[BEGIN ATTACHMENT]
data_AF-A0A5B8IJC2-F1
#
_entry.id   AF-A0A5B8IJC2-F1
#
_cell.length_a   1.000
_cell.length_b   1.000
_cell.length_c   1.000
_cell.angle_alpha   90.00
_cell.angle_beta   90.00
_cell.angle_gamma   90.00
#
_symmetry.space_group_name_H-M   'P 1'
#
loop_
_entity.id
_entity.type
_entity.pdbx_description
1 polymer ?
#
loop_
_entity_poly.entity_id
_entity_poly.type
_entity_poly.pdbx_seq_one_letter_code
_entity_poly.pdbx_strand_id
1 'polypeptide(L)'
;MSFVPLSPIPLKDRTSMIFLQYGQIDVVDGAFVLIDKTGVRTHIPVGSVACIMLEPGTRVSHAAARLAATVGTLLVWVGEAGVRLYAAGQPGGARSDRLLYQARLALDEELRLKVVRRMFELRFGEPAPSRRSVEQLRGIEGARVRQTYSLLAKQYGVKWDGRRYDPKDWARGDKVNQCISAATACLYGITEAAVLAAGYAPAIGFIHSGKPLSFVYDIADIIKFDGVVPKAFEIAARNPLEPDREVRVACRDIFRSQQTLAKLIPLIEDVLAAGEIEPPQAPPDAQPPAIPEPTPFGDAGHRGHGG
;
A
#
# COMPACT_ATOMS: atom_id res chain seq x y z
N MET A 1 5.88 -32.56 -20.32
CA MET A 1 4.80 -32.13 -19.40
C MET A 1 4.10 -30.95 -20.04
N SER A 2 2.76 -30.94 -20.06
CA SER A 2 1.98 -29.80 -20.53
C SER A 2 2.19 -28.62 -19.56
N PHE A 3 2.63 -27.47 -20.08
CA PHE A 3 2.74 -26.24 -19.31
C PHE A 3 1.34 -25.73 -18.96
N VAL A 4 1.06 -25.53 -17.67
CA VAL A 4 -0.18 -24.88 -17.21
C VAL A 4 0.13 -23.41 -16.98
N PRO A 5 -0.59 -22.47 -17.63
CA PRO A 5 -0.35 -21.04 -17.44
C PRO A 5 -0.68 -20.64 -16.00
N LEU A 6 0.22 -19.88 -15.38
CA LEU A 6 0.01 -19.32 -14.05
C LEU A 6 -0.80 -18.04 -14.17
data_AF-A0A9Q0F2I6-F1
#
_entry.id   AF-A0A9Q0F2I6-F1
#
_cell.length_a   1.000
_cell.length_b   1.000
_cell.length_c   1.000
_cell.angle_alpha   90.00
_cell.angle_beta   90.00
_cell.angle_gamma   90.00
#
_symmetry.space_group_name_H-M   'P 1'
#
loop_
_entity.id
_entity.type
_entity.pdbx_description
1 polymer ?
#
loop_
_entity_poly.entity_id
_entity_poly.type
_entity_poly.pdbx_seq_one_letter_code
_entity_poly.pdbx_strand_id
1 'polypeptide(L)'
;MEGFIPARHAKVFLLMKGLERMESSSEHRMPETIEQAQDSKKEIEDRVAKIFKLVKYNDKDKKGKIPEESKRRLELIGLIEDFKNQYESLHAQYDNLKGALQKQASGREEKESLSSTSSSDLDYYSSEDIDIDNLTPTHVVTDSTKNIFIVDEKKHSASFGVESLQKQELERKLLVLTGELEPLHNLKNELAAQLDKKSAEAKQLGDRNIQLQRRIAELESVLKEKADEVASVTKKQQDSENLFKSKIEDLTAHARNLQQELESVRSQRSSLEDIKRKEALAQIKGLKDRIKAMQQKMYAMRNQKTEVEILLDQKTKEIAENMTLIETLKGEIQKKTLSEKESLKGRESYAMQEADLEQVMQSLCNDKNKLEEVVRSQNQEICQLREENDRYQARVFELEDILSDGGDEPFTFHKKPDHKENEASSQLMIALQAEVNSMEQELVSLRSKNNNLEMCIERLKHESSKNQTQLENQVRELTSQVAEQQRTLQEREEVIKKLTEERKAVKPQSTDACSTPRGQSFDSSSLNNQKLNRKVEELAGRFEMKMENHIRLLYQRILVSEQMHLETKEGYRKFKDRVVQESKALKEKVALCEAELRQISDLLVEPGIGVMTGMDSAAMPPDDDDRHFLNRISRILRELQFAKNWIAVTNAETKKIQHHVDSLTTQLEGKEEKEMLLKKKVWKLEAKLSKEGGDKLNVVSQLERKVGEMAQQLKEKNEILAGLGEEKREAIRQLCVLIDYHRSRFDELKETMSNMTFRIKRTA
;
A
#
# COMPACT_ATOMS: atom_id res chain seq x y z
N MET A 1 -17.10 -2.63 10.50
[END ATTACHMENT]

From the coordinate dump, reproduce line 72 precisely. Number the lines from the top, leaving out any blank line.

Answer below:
_entity_poly.pdbx_strand_id